A study published this month in the journal PLoS One, and published online by the U.S. National Institute of Health, has found that cannabinoid receptor signalling – which is enhanced through the intake of cannabinoids – may actually protect against some of the negative effects of a high fat diet.
According to the study’s abstract, researchers; “investigated whether sleep-wake and diet-dependent cardiorespiratory control is altered in mice lacking CB1 [cannabinoid] receptors. CB1 receptor knock-out (KO) and intact wild-type (WT) mice were fed standard diet or a HFD [high fat diet] for 3 months, and implanted with a telemetric arterial pressure transducer and electrodes for sleep scoring.”
It continues; “Sleep state was assessed together with arterial pressure and heart rate (home cage), or breathing (whole-body plethysmograph). Increases in arterial pressure and heart rate on passing from the light (rest) to the dark (activity) period in the KO were significantly enhanced compared with the WT. These increases were unaffected by cardiac (β1) or vascular (α1) adrenergic blockade. The breathing rhythm of the KO during sleep was also more irregular than that of the WT. A HFD increased heart rate, impaired cardiac vagal modulation, and blunted the central autonomic cardiac control during sleep. A HFD also decreased cardiac baroreflex sensitivity in the KO but not in the WT.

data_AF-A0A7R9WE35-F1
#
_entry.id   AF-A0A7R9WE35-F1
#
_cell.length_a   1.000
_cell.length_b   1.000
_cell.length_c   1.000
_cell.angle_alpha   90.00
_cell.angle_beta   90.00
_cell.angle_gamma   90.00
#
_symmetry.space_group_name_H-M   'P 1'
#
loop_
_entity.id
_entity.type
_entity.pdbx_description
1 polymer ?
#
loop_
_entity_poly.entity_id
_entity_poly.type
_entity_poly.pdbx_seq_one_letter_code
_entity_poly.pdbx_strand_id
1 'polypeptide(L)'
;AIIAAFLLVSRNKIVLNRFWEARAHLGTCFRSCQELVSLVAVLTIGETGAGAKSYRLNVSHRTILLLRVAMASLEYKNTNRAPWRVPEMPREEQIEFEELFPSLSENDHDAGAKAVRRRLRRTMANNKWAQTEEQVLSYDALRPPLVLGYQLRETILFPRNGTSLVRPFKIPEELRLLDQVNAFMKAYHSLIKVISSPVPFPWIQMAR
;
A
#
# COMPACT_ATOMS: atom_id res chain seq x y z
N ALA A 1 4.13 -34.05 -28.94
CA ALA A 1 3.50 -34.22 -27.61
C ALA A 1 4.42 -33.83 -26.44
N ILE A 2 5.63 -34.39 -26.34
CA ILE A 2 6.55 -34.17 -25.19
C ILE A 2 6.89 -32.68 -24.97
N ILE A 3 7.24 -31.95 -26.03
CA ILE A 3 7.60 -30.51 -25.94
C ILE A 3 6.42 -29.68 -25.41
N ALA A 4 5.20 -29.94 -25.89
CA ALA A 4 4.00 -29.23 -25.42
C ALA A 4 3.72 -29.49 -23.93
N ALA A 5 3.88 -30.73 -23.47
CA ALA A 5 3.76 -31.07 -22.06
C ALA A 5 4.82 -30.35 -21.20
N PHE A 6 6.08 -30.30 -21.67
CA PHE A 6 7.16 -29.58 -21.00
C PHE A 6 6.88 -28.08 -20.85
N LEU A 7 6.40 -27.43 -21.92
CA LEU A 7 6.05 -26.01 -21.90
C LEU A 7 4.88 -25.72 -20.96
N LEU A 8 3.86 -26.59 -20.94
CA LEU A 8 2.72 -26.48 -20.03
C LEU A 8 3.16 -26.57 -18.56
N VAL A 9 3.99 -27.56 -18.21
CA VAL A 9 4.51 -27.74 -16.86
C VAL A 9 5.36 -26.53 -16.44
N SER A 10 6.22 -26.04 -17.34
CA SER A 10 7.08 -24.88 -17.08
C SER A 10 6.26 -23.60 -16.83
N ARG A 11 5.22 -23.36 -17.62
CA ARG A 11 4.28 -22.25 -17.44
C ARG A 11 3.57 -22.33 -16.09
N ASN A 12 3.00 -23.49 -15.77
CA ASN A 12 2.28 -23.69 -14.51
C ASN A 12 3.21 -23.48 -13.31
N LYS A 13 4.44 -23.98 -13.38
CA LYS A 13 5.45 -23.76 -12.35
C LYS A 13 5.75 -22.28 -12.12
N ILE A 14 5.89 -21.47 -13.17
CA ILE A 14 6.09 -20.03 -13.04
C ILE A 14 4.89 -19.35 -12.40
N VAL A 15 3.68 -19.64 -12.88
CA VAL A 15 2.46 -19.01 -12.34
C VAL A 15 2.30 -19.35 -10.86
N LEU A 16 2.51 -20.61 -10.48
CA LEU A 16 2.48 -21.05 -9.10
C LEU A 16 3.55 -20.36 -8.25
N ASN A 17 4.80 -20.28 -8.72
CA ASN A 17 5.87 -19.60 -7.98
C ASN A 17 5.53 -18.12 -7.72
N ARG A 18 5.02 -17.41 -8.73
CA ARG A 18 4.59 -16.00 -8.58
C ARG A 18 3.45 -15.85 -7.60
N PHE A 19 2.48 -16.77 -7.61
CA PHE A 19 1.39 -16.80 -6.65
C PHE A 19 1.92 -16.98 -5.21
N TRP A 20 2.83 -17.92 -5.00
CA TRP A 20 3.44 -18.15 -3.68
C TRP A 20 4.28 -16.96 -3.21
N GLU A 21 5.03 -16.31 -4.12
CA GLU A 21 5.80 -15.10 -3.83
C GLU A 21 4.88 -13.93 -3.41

In conclusion, we performed the first systematic study of cardiovascular function in CB1 receptor deficient mice during spontaneous wake-sleep behavior, and demonstrated that CB1 receptor KO alters cardiorespiratory control particularly in the presence of a HFD.”
With this information, researchers found that; “The CB1 receptor signaling may thus play a role in physiological cardiorespiratory regulation and protect from some adverse cardiovascular consequences of a HFD.”
CB1 receptors are activated and regulated through the intake of cannabinoids; for example, when consuming cannabis. This gives the study important implications in the potential for cannabis to treat some of the negative consequences of a high fat diet. Still, more studies are needed to validate this connection.